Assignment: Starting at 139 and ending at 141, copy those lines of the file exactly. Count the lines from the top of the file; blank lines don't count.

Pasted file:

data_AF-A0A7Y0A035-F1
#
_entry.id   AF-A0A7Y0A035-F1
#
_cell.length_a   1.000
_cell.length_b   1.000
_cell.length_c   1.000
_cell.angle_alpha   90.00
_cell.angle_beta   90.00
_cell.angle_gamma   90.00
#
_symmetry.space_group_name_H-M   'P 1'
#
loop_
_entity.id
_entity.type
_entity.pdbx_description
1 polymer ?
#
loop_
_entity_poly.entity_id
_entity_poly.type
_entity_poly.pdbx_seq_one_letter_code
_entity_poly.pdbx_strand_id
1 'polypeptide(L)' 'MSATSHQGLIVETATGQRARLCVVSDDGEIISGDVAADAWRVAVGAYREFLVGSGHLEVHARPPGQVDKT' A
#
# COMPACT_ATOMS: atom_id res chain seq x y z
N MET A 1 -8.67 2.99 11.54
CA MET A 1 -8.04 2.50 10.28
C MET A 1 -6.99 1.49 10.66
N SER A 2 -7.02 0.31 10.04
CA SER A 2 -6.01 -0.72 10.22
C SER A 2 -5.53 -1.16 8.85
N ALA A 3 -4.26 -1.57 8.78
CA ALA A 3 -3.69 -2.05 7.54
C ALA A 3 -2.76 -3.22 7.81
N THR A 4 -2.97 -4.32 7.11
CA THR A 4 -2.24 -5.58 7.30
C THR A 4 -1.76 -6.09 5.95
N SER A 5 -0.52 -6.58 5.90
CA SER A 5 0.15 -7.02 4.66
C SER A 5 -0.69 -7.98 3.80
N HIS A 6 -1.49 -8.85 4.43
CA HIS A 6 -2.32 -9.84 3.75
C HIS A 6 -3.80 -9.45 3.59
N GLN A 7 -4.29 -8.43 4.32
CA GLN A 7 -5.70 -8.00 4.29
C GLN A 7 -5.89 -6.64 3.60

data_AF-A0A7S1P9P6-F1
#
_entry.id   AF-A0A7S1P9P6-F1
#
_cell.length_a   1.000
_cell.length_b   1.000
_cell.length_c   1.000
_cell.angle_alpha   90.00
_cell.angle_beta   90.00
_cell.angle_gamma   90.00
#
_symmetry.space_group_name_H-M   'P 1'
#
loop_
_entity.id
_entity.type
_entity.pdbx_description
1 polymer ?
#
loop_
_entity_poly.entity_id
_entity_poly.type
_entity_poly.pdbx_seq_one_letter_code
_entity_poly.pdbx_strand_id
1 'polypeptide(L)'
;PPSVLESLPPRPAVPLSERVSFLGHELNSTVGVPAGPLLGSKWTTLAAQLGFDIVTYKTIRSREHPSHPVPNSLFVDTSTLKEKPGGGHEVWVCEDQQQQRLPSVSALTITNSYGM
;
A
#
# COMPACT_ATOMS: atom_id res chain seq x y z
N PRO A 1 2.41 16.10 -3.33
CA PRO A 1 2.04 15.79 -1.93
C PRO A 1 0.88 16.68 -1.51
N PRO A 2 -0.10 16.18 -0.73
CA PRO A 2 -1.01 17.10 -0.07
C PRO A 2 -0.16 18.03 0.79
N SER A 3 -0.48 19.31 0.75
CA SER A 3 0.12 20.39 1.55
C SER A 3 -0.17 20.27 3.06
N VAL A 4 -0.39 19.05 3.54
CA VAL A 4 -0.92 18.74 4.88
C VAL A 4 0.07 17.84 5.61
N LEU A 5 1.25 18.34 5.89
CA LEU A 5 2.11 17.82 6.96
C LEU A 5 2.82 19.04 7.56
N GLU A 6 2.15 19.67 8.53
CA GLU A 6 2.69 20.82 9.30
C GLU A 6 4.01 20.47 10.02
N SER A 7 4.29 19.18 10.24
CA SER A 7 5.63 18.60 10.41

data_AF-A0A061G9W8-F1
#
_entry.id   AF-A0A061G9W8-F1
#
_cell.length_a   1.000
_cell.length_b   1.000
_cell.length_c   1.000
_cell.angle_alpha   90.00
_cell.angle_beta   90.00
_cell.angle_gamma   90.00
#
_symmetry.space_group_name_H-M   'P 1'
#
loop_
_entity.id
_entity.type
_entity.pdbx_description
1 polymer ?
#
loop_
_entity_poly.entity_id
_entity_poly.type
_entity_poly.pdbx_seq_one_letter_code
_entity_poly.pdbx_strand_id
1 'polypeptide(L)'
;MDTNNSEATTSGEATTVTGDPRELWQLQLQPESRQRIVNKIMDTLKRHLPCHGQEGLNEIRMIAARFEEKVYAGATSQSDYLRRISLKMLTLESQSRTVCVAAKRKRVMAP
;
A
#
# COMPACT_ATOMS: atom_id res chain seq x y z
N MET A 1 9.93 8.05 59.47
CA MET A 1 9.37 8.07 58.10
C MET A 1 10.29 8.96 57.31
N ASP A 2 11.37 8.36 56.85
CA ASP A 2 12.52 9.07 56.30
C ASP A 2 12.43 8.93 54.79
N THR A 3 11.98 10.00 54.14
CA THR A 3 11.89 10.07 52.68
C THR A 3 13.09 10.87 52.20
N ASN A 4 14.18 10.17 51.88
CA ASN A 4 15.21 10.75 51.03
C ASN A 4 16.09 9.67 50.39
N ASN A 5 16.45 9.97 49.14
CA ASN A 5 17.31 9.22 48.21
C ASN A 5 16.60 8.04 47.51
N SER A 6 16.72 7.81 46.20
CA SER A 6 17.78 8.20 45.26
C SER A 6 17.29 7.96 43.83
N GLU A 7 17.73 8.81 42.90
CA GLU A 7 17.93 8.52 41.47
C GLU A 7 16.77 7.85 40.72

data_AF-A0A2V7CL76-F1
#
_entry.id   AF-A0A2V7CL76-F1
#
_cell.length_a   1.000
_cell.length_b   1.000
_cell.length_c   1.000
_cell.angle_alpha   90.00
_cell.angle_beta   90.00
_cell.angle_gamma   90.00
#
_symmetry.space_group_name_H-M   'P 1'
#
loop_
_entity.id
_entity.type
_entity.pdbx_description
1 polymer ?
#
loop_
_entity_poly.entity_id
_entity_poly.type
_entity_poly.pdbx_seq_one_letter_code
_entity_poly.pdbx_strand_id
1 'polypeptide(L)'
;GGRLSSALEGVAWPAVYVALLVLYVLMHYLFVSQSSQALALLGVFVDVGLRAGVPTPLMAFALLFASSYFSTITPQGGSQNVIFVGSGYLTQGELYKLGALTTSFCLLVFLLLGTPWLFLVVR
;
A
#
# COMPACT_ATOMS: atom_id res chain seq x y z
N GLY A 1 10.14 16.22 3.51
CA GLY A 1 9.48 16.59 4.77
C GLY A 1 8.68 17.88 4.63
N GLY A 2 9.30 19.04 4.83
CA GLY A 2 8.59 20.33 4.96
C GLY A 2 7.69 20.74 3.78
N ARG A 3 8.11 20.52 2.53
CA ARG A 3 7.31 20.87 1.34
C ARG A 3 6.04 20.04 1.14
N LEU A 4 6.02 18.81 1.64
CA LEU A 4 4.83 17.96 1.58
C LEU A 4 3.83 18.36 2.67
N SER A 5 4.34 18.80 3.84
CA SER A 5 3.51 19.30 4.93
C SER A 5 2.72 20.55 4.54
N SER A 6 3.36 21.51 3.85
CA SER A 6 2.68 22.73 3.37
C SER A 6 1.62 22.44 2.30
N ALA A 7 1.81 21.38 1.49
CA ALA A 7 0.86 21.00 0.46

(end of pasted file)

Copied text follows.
CA ASN A 4 15.21 10.75 51.03
C ASN A 4 16.09 9.67 50.39
N ASN A 5 16.45 9.97 49.14